Please Note: If you received the August 2021 program guide, please know this program's date was listed incorrectly.
In the 1890s, the first great American musical craze swept the nation—ragtime. The lively, syncopated music, made popular by musicians working in red-light district clubs such as pianist Jelly Roll Morton, had its roots in a melding of African rhythms and marches popularized by John Philip Sousa, among other sources . Today, most people are familiar with ragtime through the works of composer Scott Joplin.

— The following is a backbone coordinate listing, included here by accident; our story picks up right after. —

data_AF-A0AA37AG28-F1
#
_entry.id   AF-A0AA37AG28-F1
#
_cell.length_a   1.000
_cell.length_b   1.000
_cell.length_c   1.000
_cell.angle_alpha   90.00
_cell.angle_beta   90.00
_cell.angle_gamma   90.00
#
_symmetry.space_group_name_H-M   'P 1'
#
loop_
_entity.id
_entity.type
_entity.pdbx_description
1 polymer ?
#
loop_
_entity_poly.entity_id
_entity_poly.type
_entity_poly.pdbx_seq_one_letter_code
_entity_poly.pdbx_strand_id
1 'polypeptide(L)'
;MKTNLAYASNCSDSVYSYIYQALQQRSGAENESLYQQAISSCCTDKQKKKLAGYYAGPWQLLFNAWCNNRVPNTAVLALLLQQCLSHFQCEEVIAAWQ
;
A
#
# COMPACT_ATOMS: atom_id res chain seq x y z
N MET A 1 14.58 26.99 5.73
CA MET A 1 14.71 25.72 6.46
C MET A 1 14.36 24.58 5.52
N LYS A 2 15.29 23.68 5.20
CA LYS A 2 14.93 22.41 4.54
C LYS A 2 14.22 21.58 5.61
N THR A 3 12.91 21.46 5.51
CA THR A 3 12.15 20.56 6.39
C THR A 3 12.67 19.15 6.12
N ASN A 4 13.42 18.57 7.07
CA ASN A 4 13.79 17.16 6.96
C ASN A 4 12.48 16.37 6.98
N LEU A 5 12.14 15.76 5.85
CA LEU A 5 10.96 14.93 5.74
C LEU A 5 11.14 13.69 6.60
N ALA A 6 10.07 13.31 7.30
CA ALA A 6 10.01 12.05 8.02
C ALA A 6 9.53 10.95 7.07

Join Orin Grossman, composer, pianist, and Emeritus Professor of Visual and Performing Arts at Fairfield University as he traces the ragtime style from its beginnings to the faster, more complex piano styles of stride and “novelty” piano, as demonstrated in the music of Zez Confrey and George Gershwin. Grossman illustrates his talk by performing several of Joplin’s wonderful rags, Confrey’s spectacular piece “Kitten on the Keys,” and a few of his own arrangements of favorite Gershwin’s songs.
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